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United States Department of Agriculture

Agricultural Research Service

Research Project: MANAGING DAIRY FARMS FOR ENVIRONMENTAL STEWARDSHIP AND PROFIT

Location: Pasture Systems & Watershed Management Research

Title: Grazing can reduce the environmental impact of dairy production systems

Authors
item Rotz, Clarence
item Soder, Kathy
item Skinner, Robert
item Dell, Curtis
item Kleinman, Peter
item Schmidt, John
item Bryant, Ray

Submitted to: Forage and Grazinglands
Publication Type: Peer Reviewed Journal
Publication Acceptance Date: July 22, 2009
Publication Date: September 17, 2009
Repository URL: http://www.plantmanagementnetwork.org/sub/fg/research/2009/impact/
Citation: Rotz, C.A., Soder, K.J., Skinner, R.H., Dell, C.J., Kleinman, P.J., Schmidt, J.P., Bryant, R.B. 2009. Grazing can reduce the environmental impact of dairy production systems. Forage and Grazinglands. Available: www.plantmanagementnetwork.org/sub/fg/research/2009/impact/

Interpretive Summary: Dairy production, like other livestock production systems, has various environmental impacts involving both water and air quality issues. The use of well-managed rotational grazing as a production strategy provides benefits to the producer and society for many, but not necessarily all, environmental concerns. An experimental comparison of the diverse environmental impacts among dairy production strategies is not feasible; there are too many factors to be considered, and these factors are highly interrelated and influenced by soil type, weather, and management decisions. Computer simulation offers the only practical means of systematically comparing farming systems. A comprehensive simulation analysis illustrated the environmental impacts of four diverse dairy production systems in Pennsylvania that used confinement feeding and managed rotational grazing strategies. Grazing systems greatly reduced soil erosion and sediment-bound phosphorus runoff. Runoff of soluble phosphorus and volatilization of ammonia were also reduced, but nitrate leaching loss was increased. The net greenhouse gas emission or carbon footprint of milk production was reduced just a little through the use of grazing, but during the transition of row cropland to perennial grassland, soil carbon sequestration greatly reduced the carbon footprint of grass-based systems. These environmental benefits should be used to encourage greater adoption of managed rotational grazing in regions where this technology is well adapted.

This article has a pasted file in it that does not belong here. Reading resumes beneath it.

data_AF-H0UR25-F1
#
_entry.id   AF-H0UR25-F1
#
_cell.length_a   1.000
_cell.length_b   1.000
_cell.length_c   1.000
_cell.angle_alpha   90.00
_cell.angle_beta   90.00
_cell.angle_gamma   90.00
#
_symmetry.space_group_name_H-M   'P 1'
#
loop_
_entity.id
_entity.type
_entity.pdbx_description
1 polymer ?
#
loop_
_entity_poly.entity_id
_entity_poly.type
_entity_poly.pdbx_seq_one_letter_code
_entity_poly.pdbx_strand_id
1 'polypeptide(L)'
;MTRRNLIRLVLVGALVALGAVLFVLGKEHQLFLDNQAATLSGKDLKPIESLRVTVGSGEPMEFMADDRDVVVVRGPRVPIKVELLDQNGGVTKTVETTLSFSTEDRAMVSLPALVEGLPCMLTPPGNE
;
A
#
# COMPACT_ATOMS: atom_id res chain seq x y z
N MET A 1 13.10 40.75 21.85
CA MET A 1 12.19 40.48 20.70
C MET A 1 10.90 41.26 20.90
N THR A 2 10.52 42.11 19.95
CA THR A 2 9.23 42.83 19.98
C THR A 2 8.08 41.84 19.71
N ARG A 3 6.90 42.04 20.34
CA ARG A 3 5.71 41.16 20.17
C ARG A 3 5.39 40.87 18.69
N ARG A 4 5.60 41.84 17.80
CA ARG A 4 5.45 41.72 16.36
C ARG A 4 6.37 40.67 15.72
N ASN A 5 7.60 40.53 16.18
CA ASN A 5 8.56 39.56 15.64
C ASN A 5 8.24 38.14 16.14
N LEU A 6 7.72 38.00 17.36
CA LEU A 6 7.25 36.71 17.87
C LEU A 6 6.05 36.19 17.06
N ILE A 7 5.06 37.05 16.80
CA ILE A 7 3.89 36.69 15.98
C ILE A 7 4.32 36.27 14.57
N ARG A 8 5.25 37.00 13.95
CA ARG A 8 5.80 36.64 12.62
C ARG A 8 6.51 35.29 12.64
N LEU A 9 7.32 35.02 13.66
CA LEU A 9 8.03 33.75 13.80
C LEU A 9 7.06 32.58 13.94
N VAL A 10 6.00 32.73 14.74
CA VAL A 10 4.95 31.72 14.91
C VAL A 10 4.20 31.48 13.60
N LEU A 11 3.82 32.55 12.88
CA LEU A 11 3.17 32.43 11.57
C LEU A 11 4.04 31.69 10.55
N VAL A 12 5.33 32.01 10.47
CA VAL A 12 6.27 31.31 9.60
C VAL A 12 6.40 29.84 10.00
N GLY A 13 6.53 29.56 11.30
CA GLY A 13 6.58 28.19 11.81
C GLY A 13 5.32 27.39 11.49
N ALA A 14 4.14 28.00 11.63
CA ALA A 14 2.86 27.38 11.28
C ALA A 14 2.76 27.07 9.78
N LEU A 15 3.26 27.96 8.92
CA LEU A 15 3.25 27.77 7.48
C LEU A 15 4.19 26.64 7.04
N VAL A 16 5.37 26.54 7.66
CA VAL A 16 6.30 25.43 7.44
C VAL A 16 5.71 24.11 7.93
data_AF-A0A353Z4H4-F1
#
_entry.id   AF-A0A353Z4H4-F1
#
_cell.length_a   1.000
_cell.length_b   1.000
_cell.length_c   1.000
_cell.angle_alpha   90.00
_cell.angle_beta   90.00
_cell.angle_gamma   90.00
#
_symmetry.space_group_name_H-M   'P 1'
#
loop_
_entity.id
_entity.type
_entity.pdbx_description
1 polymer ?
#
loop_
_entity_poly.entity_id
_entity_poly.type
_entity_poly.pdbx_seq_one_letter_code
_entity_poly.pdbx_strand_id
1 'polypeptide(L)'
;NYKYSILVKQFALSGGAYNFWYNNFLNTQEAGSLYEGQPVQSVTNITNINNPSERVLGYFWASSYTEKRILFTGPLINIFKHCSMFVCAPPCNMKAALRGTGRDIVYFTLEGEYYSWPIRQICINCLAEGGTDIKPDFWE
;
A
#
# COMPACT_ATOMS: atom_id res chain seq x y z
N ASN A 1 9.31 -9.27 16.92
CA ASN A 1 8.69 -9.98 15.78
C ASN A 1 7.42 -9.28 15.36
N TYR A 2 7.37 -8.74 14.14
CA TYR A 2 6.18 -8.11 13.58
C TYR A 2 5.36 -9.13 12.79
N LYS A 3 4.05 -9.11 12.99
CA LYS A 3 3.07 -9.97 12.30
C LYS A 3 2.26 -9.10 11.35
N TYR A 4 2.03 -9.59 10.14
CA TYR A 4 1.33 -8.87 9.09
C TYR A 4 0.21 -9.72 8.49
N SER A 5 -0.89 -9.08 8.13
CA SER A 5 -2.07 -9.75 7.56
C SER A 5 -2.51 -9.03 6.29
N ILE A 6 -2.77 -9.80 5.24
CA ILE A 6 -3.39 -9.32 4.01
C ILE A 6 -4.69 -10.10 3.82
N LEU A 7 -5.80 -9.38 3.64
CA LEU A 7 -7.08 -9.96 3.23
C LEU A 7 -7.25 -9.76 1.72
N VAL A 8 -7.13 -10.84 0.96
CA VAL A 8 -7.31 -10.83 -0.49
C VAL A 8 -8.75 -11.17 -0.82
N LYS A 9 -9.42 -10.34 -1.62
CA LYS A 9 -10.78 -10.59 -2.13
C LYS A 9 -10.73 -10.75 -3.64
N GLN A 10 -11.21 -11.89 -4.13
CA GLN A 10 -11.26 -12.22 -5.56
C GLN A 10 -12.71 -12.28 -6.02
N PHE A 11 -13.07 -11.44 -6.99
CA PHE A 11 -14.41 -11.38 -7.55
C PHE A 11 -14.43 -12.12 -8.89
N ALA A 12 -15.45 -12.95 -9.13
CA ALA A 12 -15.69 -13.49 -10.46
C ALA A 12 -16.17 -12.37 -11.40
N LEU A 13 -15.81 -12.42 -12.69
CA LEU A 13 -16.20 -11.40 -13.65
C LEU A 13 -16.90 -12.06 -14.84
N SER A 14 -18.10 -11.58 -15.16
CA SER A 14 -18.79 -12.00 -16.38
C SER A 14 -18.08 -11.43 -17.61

Technical Abstract: Incorporating managed rotational grazing into a dairy farm can result in an array of environmental consequences. A comprehensive assessment of the environmental impacts of four management scenarios was conducted by simulating a 250 acre dairy farm typical of Pennsylvania with: (1) a confinement fed herd producing 22,000 lb of milk per cow per year; (2) a confinement fed herd producing 18,500 lb; (3) a confinement fed herd with summer grazing producing 18,500 lb; and, (4) a seasonal herd maintained outdoors producing 13,000 lb. Converting 75 acres of cropland to perennial grassland reduced erosion 24%, and sediment-bound and soluble phosphorus runoff by 23 and 11%, respectively. Conversion to all perennial grassland reduced erosion 87% with sediment-bound and soluble phosphorus losses reduced 80% and 23%. Ammonia volatilization was reduced about 30% through grazing, but nitrate leaching loss increased up to 65%. Grazing systems reduced the net greenhouse gas emission by 8 to 14%, and the carbon footprint, expressed per unit of energy corrected milk, decreased 9 to 20%. Greater carbon sequestration in perennial grassland relative to row cropland, reduced the carbon footprint of an all grassland farm up to 80%. The environmental benefits of grass-based dairy production should be used to encourage greater adoption of managed rotational grazing in regions where this technology is well adapted.

Last Modified: 4/20/2014
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